Again, there is no doubt that opportunities exist anywhere.  But those outlaying areas are not for me.

Our model doesn't depend on high appreciation. For instance, we are under contract to purchase a property there from a wholesaler at 88k. The ARV is 120k and the house only needs a little in work (about 5k). We will sell it on a 4-year lease option for 129k. The likelihood of the house appreciating 9k or 7% in 4 years is pretty high. Lets say the house goes down in value for some reason and is only worth 110k after 4 years. The tenant can decide not to exercise the option and buy somewhere else, or we could lower the purchase price, or the tenant could come in with a higher down if they really wanted the house. But if they didn't want to exercise the option then they could move and they wouldn't have to worry about selling the house and paying all of those closing costs or losing money as they would if they were to buy it today and then sell it in 4 years for a 10k loss plus closing costs.

We have not reached the 5 year term on any of our options yet.  We did 5 year options last year.  We are doing 4 year options this year, and 3 year options next year.  In 2022 we are planning on grouping the profits from the options that get exercised and doing a 1031 exchange into larger, higher cash flowing assets.

Originally posted by @Shiloh Lundahl :

Our model doesn't depend on high appreciation. For instance, we are under contract to purchase a property there from a wholesaler at 88k. The ARV is 120k and the house only needs a little in work (about 5k). We will sell it on a 4-year lease option for 129k. The likelihood of the house appreciating 9k or 7% in 4 years is pretty high. Lets say the house goes down in value for some reason and is only worth 110k after 4 years. The tenant can decide not to exercise the option and buy somewhere else, or we could lower the purchase price, or the tenant could come in with a higher down if they really wanted the house. But if they didn't want to exercise the option then they could move and they wouldn't have to worry about selling the house and paying all of those closing costs or losing money as they would if they were to buy it today and then sell it in 4 years for a 10k loss plus closing costs.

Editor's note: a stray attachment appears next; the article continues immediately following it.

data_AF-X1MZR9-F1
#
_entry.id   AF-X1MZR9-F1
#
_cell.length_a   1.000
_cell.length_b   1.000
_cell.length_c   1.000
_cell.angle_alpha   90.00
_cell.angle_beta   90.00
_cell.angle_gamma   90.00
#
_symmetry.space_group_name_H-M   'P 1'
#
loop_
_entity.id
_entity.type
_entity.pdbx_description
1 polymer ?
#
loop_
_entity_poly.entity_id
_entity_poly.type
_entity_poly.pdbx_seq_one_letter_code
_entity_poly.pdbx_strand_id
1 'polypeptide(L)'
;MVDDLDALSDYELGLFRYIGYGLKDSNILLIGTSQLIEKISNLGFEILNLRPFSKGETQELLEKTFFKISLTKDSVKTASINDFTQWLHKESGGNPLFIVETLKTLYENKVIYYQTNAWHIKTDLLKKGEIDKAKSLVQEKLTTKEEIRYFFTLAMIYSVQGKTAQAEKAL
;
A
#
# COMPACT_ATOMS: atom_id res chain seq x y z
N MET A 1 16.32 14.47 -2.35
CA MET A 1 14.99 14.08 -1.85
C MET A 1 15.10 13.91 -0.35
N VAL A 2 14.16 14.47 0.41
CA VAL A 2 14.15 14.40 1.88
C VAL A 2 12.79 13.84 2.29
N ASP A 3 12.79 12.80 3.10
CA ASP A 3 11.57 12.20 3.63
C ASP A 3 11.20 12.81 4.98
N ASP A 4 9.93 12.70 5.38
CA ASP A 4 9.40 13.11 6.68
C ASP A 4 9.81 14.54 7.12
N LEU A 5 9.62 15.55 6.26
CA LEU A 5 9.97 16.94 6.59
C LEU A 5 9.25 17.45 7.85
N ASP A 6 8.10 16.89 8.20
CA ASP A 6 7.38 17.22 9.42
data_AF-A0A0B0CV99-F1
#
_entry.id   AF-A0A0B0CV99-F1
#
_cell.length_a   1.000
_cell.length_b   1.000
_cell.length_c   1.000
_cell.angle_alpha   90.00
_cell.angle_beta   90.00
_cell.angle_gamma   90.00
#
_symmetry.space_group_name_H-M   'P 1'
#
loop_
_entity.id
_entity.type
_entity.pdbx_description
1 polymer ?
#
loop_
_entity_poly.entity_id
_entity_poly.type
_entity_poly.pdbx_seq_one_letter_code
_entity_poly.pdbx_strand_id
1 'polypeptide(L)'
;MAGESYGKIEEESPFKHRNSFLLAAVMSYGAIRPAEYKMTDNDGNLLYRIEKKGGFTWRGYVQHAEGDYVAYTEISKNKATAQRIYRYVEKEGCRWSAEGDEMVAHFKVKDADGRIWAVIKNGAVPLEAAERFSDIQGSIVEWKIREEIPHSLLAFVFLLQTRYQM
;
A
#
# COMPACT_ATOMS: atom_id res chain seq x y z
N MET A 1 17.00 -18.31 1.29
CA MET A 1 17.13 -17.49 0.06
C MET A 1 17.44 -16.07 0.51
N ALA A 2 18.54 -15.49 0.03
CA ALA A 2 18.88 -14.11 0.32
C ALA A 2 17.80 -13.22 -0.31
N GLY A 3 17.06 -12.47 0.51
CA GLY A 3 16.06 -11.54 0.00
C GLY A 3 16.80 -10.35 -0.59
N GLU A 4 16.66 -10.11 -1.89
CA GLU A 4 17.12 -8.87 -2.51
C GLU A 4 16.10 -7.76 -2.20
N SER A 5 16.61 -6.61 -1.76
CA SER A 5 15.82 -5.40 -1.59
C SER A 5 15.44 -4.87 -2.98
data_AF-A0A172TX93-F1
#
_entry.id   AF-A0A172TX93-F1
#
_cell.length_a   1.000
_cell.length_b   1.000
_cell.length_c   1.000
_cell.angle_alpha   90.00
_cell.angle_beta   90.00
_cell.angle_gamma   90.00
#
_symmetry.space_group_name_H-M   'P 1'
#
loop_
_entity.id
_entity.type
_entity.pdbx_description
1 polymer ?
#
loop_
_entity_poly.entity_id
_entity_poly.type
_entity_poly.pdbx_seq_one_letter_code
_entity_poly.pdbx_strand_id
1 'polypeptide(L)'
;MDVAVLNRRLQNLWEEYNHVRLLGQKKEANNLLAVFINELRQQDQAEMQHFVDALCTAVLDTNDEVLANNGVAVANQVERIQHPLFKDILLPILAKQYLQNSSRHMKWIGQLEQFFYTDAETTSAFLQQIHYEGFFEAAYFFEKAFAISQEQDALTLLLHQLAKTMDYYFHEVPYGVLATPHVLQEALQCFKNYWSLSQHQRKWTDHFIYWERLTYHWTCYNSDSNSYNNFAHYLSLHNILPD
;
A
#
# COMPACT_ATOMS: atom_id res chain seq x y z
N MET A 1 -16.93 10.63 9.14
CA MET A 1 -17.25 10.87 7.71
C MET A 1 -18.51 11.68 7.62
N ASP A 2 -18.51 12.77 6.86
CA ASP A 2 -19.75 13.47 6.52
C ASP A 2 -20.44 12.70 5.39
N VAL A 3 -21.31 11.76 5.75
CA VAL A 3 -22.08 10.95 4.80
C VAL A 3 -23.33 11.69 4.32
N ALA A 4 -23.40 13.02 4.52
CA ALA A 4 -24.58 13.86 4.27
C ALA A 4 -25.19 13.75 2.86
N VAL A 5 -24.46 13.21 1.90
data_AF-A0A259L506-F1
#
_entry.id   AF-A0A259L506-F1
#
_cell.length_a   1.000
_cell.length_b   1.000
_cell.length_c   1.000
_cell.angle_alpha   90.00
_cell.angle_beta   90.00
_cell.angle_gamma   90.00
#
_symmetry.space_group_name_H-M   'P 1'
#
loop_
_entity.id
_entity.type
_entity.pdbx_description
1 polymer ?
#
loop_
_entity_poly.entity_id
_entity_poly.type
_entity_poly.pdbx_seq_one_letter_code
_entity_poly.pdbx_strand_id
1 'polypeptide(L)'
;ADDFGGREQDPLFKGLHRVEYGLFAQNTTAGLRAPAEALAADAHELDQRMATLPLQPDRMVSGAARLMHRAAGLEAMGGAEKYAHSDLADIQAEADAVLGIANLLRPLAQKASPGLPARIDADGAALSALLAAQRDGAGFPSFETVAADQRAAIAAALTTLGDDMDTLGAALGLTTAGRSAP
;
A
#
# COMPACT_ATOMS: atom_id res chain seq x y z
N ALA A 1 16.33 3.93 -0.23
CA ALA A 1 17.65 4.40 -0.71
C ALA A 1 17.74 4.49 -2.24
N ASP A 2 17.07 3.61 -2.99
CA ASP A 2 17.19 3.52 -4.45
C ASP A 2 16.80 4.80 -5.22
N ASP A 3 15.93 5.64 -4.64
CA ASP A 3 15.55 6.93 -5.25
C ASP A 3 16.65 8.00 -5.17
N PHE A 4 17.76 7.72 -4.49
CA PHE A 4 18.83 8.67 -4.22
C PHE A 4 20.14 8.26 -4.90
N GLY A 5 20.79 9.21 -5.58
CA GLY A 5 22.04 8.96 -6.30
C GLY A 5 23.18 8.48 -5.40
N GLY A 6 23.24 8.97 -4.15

We have not reached the 5 year term on any of our options yet.  We did 5 year options last year.  We are doing 4 year options this year, and 3 year options next year.  In 2022 we are planning on grouping the profits from the options that get exercised and doing a 1031 exchange into larger, higher cash flowing assets.

 It helps that you are starting off below market.  The wholesaler is a key player on your team it sounds like.  I will be interested to see how it goes, and look forward to following your progress.  I am rooting for you to succeed. 

@Cara Lonsdale thank you. We hold meet up groups in Mesa once a month and it has been great for networking. I’d love to see you there sometime.

Originally posted by @Shiloh Lundahl :

@Cara Lonsdale thank you. We hold meet up groups in Mesa once a month and it has been great for networking. I’d love to see you there sometime.

 I appreciate the invite.

Awesome strategy @Shiloh Lundahl .  We did that in Denver in the late 90s with several executive homes.  Built in aggressive escalators for the end strike price but never missed one.  Appreciation isn't guaranteed.  Everyone's learned that.  But It's still a pretty sure thing over the long haul.  and like you said you can always renegotiate to meet an under appraisal.

And of course in my world it allowed us to 1031 out which, you might guess, is a subject ever so close to my heart :)

@Cara Lonsdale as long as you don't get greedy and build in realistic appreciation factors you can even do this buying at retail.  It's a cash flow play with the exit strategy built in.  of course with a good wholesaler the cream at the top is just that much thicker!